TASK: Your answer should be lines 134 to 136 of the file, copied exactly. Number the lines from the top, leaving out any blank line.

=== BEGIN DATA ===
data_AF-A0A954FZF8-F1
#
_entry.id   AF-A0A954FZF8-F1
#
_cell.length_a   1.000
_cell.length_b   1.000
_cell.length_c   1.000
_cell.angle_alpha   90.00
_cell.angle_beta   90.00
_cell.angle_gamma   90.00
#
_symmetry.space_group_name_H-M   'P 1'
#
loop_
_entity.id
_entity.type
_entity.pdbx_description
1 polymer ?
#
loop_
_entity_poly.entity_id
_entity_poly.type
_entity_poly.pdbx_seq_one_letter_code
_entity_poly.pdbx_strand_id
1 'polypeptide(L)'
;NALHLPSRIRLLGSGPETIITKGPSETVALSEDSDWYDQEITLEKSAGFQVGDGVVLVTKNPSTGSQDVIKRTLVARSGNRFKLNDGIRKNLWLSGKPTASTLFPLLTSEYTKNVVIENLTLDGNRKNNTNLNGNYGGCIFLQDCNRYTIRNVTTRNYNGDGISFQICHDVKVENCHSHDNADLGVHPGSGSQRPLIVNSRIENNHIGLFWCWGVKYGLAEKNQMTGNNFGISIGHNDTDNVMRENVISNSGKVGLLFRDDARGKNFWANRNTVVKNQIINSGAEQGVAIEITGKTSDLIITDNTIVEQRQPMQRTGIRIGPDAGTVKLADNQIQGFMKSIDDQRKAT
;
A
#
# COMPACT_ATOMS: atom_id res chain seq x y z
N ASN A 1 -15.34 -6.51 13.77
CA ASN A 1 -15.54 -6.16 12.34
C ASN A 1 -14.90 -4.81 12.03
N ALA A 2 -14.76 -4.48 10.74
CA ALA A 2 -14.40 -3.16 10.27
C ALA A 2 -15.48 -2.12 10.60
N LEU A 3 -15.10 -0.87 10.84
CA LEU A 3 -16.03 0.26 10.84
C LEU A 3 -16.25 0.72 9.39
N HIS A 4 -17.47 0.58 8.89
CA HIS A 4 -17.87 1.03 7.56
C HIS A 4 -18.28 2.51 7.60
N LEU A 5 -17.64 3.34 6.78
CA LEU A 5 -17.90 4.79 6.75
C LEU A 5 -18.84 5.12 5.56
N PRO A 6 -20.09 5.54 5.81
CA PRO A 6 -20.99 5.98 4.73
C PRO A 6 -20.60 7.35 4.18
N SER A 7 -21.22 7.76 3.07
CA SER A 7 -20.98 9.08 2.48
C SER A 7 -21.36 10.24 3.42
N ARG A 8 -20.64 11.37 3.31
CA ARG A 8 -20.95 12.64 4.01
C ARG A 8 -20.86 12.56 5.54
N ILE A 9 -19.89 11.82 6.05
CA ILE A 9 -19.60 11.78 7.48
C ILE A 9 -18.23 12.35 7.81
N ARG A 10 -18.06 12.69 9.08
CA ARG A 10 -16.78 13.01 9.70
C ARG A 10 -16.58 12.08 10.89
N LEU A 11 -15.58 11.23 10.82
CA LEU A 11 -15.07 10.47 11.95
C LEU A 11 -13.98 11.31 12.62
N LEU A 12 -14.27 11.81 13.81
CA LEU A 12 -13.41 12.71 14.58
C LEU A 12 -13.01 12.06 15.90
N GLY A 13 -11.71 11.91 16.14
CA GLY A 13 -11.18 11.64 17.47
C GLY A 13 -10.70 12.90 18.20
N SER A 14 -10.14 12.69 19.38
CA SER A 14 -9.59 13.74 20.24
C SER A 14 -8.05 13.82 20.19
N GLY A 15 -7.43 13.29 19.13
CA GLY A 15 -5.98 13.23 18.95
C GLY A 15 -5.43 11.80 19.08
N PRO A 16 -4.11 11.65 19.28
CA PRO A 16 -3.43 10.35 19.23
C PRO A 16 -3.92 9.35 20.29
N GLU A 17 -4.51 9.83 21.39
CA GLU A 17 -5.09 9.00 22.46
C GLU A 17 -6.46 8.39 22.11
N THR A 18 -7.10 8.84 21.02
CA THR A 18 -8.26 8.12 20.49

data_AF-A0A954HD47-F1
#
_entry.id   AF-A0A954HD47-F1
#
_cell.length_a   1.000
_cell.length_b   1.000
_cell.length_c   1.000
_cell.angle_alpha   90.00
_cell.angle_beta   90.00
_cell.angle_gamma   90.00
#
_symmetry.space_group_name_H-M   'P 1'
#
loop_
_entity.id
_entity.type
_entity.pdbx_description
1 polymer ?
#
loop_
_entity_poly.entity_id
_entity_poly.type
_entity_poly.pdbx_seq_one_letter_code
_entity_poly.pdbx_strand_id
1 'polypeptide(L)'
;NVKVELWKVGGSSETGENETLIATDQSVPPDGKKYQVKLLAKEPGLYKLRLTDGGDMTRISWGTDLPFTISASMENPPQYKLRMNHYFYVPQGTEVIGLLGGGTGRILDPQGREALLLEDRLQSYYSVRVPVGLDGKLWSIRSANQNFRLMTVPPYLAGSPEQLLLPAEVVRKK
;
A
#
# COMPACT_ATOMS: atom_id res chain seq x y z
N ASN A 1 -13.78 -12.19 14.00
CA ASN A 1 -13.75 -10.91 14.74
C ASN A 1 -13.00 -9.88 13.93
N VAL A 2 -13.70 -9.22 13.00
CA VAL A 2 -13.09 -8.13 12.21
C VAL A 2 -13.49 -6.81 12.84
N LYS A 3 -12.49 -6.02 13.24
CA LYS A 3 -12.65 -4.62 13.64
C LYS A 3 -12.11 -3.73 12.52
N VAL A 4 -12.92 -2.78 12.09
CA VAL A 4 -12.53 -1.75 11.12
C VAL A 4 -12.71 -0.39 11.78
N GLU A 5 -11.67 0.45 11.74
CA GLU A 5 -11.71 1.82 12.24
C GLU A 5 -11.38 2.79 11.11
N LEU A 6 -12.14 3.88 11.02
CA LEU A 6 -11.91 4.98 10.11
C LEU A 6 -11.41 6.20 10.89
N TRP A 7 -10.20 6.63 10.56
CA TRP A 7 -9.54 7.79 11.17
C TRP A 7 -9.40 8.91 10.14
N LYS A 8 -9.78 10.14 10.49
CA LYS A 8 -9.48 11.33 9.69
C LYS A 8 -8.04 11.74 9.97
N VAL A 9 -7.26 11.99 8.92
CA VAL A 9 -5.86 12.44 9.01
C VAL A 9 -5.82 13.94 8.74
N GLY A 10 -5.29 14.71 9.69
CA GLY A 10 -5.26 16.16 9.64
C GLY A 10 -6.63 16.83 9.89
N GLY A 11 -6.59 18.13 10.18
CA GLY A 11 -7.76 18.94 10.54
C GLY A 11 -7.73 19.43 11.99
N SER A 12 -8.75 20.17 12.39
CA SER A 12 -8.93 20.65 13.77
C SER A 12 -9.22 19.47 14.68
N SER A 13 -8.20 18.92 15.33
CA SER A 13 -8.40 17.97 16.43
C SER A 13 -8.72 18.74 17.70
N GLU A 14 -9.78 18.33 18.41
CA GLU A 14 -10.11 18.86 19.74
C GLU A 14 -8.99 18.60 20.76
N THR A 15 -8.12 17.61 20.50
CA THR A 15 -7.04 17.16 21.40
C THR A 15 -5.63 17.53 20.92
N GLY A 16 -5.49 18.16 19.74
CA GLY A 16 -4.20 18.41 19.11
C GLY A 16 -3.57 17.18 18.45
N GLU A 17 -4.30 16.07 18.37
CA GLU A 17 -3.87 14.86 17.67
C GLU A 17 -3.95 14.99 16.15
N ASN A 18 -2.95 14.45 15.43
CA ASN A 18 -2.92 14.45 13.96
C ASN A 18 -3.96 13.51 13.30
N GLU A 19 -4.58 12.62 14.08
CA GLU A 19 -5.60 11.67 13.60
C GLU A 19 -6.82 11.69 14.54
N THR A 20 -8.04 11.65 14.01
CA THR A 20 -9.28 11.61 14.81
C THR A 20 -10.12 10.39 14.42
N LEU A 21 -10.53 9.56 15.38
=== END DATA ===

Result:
C TRP A 7 -9.40 8.91 10.14
N LYS A 8 -9.78 10.14 10.49
CA LYS A 8 -9.48 11.33 9.69